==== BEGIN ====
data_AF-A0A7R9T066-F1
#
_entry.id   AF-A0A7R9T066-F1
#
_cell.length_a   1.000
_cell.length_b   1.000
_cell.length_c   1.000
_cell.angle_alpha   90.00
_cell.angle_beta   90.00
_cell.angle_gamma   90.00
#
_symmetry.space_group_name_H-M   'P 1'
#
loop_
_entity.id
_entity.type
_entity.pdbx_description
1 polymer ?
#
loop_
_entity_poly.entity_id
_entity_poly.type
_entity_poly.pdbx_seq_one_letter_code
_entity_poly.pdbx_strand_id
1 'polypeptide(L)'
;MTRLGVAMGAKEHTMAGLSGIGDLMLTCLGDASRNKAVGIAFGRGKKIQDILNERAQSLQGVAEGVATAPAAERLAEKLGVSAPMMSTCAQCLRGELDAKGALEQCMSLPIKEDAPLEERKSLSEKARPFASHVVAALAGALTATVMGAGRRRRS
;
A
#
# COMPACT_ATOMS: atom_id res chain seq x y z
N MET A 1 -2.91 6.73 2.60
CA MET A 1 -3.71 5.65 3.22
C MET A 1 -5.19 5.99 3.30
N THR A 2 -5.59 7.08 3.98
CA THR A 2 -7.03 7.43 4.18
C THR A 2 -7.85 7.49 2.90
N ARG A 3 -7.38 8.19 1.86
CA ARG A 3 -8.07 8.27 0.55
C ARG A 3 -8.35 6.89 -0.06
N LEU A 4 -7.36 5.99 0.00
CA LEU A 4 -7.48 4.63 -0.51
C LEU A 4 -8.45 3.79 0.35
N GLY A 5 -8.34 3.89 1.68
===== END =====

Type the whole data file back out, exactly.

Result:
data_AF-A0A7R9T066-F1
#
_entry.id   AF-A0A7R9T066-F1
#
_cell.length_a   1.000
_cell.length_b   1.000
_cell.length_c   1.000
_cell.angle_alpha   90.00
_cell.angle_beta   90.00
_cell.angle_gamma   90.00
#
_symmetry.space_group_name_H-M   'P 1'
#
loop_
_entity.id
_entity.type
_entity.pdbx_description
1 polymer ?
#
loop_
_entity_poly.entity_id
_entity_poly.type
_entity_poly.pdbx_seq_one_letter_code
_entity_poly.pdbx_strand_id
1 'polypeptide(L)'
;MTRLGVAMGAKEHTMAGLSGIGDLMLTCLGDASRNKAVGIAFGRGKKIQDILNERAQSLQGVAEGVATAPAAERLAEKLGVSAPMMSTCAQCLRGELDAKGALEQCMSLPIKEDAPLEERKSLSEKARPFASHVVAALAGALTATVMGAGRRRRS
;
A
#
# COMPACT_ATOMS: atom_id res chain seq x y z
N MET A 1 -2.91 6.73 2.60
CA MET A 1 -3.71 5.65 3.22
C MET A 1 -5.19 5.99 3.30
N THR A 2 -5.59 7.08 3.98
CA THR A 2 -7.03 7.43 4.18
C THR A 2 -7.85 7.49 2.90
N ARG A 3 -7.38 8.19 1.86
CA ARG A 3 -8.07 8.27 0.55
C ARG A 3 -8.35 6.89 -0.06
N LEU A 4 -7.36 5.99 0.00
CA LEU A 4 -7.48 4.63 -0.51
C LEU A 4 -8.45 3.79 0.35
N GLY A 5 -8.34 3.89 1.68